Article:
I got my hands on the much talked about and critically acclaimed book of the year by the much talked about author Jhumpa Lahiri. The book title The Lowland by Jhumpa Lahiri is I think her 4th novel. Sometime last year I read and reviewed “The Namesake”. I loved that book and when I started The Lowland I had a few similar experiences.
The author having her roots in India, understands India and the intricacies of migration to a foreign land in such a detailed manner that I have never come across writers who can put the complexity and difficulties of such transition so beautifully.
The Lowland has some parts of this experience but essentially it’s a very different book then “The Namesake”.
Subhash and Udayan two brothers who were born around the time that India got freedom and Bengal was in turmoil with the Naxalite movement catching up and parties like CPI(M) and CPI(ML) which were leftist and pro Mao, Lenin being born in the heartland of Bengal, Calcutta. The two brothers are as much different as they are similar.
Udayan goes on to join the Naxalite movement and Subhash moves to the US for further studies and research. Udayan is killed by the police and in a turn of events Subhash marries his widowed and pregnant wife Gauri to keep her safe and takes her to the US. Gauri couldn’t continue her marriage with Subhash normally and is not very keen on bringing up her daughter Bela but she likes philosophy and she continues her studies and one fine day she leaves both of them to join a job in California.
From that point on Subhash struggles to bring up their daughter Bela who is growing up and is always confronted with the question how to tell Bela that he is not her real father.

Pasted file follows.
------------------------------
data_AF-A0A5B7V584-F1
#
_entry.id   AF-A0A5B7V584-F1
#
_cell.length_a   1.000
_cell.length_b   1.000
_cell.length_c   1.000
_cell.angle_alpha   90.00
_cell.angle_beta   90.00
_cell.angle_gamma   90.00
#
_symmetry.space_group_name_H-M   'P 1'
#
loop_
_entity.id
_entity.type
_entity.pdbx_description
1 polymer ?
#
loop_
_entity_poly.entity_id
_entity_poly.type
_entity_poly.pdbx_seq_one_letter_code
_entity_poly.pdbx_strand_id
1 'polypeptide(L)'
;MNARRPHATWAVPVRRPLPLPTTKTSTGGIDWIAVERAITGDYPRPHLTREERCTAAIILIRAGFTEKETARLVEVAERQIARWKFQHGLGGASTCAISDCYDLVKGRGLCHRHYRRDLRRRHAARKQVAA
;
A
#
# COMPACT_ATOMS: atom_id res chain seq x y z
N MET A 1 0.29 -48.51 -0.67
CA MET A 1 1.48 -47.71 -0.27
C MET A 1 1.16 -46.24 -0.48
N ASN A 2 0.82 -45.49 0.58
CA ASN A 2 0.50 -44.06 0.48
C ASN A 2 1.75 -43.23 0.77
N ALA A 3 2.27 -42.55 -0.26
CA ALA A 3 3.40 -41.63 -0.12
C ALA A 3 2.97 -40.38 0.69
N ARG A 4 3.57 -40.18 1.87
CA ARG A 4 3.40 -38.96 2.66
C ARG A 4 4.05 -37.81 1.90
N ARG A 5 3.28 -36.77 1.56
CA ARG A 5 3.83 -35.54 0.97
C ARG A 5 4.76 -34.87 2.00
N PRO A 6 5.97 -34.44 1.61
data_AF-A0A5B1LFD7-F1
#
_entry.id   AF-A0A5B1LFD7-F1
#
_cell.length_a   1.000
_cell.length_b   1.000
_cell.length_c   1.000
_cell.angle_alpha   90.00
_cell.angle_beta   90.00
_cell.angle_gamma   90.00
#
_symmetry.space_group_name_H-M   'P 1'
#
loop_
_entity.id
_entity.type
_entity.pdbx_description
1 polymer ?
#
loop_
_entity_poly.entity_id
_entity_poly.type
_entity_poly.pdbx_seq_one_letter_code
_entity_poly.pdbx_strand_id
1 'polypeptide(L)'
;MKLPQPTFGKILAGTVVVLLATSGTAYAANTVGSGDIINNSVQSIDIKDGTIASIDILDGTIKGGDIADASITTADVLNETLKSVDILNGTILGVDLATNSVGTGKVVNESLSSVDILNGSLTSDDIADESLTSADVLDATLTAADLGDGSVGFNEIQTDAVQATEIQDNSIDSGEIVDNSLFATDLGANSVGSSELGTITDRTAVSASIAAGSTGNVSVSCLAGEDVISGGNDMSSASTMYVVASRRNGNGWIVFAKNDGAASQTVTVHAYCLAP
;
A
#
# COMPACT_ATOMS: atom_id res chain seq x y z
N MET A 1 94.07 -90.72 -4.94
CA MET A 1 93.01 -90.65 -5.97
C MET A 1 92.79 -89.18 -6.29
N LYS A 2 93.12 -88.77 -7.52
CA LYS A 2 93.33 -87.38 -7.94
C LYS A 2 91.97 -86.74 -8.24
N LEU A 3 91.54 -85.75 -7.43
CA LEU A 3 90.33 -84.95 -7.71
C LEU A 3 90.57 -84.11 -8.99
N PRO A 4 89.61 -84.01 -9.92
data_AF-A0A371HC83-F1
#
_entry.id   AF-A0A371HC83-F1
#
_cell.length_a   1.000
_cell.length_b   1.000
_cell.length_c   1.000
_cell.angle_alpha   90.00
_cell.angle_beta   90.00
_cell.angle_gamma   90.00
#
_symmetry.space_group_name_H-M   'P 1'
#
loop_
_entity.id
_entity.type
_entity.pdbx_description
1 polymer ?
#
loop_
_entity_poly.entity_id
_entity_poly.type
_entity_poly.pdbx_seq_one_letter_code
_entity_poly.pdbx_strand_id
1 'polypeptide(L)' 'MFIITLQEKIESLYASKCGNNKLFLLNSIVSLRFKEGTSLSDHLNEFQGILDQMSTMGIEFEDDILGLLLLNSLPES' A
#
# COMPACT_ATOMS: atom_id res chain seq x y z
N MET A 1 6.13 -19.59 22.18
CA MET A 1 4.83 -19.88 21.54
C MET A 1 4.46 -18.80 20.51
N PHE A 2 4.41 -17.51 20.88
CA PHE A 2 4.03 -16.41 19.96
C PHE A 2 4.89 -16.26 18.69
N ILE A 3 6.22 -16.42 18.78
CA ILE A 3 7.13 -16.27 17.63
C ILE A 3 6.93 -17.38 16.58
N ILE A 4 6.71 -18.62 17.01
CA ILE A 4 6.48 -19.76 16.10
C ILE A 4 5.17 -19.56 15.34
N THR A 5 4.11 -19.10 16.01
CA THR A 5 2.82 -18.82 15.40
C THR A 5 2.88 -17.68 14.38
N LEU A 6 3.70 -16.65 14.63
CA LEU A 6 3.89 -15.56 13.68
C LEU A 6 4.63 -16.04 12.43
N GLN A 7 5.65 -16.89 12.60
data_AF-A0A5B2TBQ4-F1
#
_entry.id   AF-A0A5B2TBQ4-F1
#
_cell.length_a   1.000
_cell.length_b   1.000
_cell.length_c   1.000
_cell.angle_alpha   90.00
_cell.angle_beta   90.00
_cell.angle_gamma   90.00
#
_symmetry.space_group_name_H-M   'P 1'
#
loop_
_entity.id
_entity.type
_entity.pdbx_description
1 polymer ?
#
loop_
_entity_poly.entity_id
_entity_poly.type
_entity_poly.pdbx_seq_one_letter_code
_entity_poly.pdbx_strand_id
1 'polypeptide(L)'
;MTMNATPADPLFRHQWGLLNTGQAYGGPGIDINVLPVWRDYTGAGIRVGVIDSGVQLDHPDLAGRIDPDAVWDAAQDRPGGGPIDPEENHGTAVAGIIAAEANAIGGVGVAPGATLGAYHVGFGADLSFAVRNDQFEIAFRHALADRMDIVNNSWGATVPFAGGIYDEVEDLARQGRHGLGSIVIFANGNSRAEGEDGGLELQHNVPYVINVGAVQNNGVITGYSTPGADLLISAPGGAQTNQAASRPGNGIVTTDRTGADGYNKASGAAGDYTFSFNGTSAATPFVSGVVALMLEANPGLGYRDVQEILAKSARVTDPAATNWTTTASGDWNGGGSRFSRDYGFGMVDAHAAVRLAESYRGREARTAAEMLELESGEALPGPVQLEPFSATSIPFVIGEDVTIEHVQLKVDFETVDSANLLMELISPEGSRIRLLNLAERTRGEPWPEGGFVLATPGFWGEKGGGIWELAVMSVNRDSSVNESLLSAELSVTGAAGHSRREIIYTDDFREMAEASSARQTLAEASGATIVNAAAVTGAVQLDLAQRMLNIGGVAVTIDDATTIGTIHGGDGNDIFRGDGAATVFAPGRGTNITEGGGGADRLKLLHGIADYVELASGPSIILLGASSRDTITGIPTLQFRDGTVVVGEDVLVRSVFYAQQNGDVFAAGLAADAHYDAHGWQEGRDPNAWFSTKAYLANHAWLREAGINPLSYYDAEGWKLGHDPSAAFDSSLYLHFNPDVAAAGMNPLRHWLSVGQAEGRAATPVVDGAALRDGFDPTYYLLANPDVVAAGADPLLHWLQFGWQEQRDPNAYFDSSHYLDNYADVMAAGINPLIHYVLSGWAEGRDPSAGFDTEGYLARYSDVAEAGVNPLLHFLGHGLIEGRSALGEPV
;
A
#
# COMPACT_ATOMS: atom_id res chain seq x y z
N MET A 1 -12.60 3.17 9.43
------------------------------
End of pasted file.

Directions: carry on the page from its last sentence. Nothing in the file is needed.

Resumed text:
It is a beautiful story with different shades of love and life. But at a certain level it’s also a complex story of human emotions. The writing is so beautiful that makes it easy for the reader to understand and relate to the complex emotions of the characters.
The love and hate relationship of the brothers Udayan and Subhash, the undying love of Gauri and Udayan which continues even after his death and eventually ruins her relationship with Subhash and Bela. The paradox of an intelligent woman to choose between following her aspirations or stay put with her family. The complexities of a single parent, a father handling a growing daughter. An expatriate trying to connect to his roots but at the same time being scared that he doesn’t get sucked back into it. And many more such emotions brilliantly elaborated by the author.
At the end the author doesn’t pass any judgement (which no good author should) and just brings out the innermost feelings of the characters. You end up hating no character and loving none. The book essentially says to us “It is what it is”.
The book will appeal to you, if you are into human emotions and are fine with a slow pace. At times the story runs on two tracks, one with Udayan and Naxal movement in Bengal and other with Subhash. Lives so different yet trying to draw a parallel in both at some level. There are so many aspects involved in the book that it takes a little effort on both the author’s as well as readers’ end to understand and move forward with the story.
The book is not for you, if you are looking for some fast paced story or a thriller. And though in many ways it has elements of her earlier book The Namesake, yet it is so different from it.
One thing is there which I thought certainly, that it can easily be reduced by 30 pages or so, other than that The Lowland
is a very good story.
Thanks to MySmartPrice for sponsoring this book